Among Big Ten universities, though, a former congressman getting paid a stipend to give guest lectures and make appearances seems less common.

The University of Michigan, Purdue University, University of Wisconsin and Indiana University all said they do not have similar arrangements with politicos. University of Illinois pays former Illinois Gov. Jim Edgar, a Republican, $177,630 a year in a full-time job at the Institute for Government and Public Affairs.

Kasich was paid $50,000 a year for roughly one to four visits a month. He served as a guest lecturer and worked with the university’s Mount Scholars, a select group of students who do public service projects as part of their degree program.

By comparison, full-time assistant professors at Ohio State had an average base salary of $64,410.86 as of June 2008, according to the Buckeye Institute, a conservative-leaning think tank that posts government salaries in an online database. Associate professors had a base salary of $78,543.53, and full professors $117,020.50.

Guest lecturers don’t always get paid. Republican Rob Portman, who is running for U.S. Senate, co-taught four courses at OSU’s Glenn School of Public Affairs without compensation. And astronaut and former Democratic U.S. Sen. John Glenn also receives no compensation for his role at the university, which has included giving talks, serving as an adjunct professor and meeting with students.

Kasich is only the third presidential fellow at Ohio State.

A chemist served three months in the job in 2006, earning $3,000. OSU trustees also contracted with a retired communications administrator, Malcolm Baroway, in 2000 and 2001 as a presidential fellow. During the fellowship, Baroway wrote the book “The Gee Years, 1990-1997 ” and was paid about $111,000 a year.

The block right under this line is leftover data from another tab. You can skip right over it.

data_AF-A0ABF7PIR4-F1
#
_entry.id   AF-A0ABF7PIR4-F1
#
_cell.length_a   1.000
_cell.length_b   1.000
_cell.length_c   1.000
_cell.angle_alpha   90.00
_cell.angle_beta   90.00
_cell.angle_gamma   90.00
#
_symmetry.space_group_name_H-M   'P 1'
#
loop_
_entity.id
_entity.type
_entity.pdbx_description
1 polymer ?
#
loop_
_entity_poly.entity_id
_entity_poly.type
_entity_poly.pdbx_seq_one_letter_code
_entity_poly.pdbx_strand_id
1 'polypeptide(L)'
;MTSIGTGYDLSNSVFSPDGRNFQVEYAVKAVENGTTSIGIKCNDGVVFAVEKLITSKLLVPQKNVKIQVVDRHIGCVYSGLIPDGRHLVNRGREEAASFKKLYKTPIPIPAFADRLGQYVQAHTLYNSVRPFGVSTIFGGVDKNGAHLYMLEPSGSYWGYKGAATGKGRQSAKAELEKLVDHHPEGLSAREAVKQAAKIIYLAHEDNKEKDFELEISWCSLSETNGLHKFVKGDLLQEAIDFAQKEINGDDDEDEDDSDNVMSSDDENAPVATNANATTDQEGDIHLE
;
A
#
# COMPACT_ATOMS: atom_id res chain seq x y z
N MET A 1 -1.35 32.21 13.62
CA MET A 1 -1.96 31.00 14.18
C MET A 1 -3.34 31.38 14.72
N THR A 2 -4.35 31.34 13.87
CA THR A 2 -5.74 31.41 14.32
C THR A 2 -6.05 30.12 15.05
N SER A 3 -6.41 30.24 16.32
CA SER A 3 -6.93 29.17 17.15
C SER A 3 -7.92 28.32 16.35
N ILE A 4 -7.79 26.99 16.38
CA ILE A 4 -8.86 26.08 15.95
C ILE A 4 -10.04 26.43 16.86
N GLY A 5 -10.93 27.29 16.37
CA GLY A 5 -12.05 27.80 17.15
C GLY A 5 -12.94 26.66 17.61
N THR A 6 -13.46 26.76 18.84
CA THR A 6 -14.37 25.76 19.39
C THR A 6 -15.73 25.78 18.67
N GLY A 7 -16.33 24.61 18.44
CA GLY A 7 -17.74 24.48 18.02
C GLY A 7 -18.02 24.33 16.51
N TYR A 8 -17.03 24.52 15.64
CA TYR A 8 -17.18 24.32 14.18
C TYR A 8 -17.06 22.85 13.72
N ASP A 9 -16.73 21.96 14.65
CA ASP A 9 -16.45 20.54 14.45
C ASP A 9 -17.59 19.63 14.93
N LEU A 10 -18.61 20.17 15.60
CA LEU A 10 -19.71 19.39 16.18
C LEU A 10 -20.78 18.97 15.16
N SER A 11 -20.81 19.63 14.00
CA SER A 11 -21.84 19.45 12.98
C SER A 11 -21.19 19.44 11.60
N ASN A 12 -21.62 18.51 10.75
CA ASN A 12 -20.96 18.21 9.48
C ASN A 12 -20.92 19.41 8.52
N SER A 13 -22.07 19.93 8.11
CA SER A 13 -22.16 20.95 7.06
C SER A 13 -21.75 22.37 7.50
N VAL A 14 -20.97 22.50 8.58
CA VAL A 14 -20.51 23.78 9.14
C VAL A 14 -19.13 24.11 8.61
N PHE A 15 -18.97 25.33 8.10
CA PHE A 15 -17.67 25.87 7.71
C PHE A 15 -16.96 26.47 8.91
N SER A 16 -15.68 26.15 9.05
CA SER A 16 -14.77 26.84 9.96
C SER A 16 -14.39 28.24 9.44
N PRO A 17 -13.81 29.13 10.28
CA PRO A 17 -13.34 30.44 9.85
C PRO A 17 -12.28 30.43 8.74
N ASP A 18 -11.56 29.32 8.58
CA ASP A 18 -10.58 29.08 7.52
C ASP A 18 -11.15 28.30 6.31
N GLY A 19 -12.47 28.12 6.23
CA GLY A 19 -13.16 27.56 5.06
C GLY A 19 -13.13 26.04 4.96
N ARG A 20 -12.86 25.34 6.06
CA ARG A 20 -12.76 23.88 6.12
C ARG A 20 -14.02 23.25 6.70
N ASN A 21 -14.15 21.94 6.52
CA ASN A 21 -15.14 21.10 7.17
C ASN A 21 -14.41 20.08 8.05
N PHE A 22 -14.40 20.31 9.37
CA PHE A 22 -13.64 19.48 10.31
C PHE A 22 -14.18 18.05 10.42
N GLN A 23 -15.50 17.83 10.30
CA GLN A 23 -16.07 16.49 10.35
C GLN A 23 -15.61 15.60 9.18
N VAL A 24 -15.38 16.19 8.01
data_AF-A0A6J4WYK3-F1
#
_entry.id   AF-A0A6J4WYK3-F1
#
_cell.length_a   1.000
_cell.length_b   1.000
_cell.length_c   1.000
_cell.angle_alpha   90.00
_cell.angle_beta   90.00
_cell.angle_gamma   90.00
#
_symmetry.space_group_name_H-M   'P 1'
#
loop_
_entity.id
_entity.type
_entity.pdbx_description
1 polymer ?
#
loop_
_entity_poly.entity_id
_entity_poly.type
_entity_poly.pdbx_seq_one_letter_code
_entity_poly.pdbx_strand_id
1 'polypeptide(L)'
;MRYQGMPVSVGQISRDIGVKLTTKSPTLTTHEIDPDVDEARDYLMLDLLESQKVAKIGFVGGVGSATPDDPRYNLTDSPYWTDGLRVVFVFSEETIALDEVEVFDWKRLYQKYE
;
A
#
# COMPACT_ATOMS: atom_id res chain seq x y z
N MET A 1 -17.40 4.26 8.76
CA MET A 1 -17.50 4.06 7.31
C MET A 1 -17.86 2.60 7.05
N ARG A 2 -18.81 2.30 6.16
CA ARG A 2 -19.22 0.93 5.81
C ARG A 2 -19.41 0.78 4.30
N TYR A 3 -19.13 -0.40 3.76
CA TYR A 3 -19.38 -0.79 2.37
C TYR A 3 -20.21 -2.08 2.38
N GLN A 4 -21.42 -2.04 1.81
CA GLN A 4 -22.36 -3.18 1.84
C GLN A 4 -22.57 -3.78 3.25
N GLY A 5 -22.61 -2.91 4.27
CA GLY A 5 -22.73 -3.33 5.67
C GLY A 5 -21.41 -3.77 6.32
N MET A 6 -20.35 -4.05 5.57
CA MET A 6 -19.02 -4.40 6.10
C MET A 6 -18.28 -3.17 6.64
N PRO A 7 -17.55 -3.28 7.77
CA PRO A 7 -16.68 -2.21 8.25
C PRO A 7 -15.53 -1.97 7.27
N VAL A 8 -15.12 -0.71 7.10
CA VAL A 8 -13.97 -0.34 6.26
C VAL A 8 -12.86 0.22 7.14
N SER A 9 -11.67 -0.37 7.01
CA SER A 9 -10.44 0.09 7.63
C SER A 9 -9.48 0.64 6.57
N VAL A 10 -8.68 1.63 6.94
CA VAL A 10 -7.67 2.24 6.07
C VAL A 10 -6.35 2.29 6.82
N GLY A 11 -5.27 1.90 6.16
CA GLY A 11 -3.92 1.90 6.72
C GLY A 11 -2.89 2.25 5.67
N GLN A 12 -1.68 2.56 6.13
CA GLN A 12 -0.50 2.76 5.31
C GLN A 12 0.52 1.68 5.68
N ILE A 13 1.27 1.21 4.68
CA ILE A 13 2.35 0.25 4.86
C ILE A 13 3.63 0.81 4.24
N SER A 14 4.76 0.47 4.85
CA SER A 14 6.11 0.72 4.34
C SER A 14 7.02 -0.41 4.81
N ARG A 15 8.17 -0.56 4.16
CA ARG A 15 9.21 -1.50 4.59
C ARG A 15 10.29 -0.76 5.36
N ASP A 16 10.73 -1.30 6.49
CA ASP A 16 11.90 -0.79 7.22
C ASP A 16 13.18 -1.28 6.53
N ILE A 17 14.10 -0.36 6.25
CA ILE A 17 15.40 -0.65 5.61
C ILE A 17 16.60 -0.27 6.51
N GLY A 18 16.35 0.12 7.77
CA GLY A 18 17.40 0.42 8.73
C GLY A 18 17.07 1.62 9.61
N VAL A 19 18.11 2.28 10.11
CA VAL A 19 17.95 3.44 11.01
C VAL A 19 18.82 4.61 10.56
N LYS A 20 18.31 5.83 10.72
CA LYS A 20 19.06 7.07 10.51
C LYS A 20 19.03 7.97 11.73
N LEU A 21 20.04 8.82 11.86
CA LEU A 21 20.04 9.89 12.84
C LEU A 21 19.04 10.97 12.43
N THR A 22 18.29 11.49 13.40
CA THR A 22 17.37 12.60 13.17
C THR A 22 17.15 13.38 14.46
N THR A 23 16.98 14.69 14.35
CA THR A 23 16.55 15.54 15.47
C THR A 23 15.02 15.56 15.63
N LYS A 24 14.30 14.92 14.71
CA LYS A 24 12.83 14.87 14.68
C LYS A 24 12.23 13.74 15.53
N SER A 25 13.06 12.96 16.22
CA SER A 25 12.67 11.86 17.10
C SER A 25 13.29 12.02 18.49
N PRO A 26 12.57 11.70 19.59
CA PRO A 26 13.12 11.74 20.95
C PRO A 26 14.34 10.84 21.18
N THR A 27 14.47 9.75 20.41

Kasich filed a quarterly schedule along with his “question of the month” that he posed to OSU’s Mount Scholars.

In May 2003, Kasich’s question: “Now that the war in Iraq appears to be over, some people are suggesting the United States should go after other 'rogue’ nations such as Syria, North Korea and Iran. Do you believe it should be U.S. foreign policy to topple governments that are undoubtedly 'bad’? Under what circumstances, if any, should the United States intervene militarily in another country? If there is hard-core evidence that one or more of the above named countries is actively engaged in activities that could harm the United States or any of its interests, does the United States have a moral right to take whatever action it deems necessary to prevent harm from taking place?”

Other Kasich questions dealt with reinstituting the draft, freedom of the press during war, giving up civil liberties in the age of terrorism, pork barrel spending and who was to blame for the poor response to Hurricane Katrina.

Kasich’s fellowship spanned three university presidents: Kirwan, Karen Holbrook and E. Gordon Gee, now in his second stint at OSU.

“We appreciate all of your activities with the University and are fortunate to have you share your experience and view with the students at Ohio State,” Holbrook wrote to Kasich in August 2006.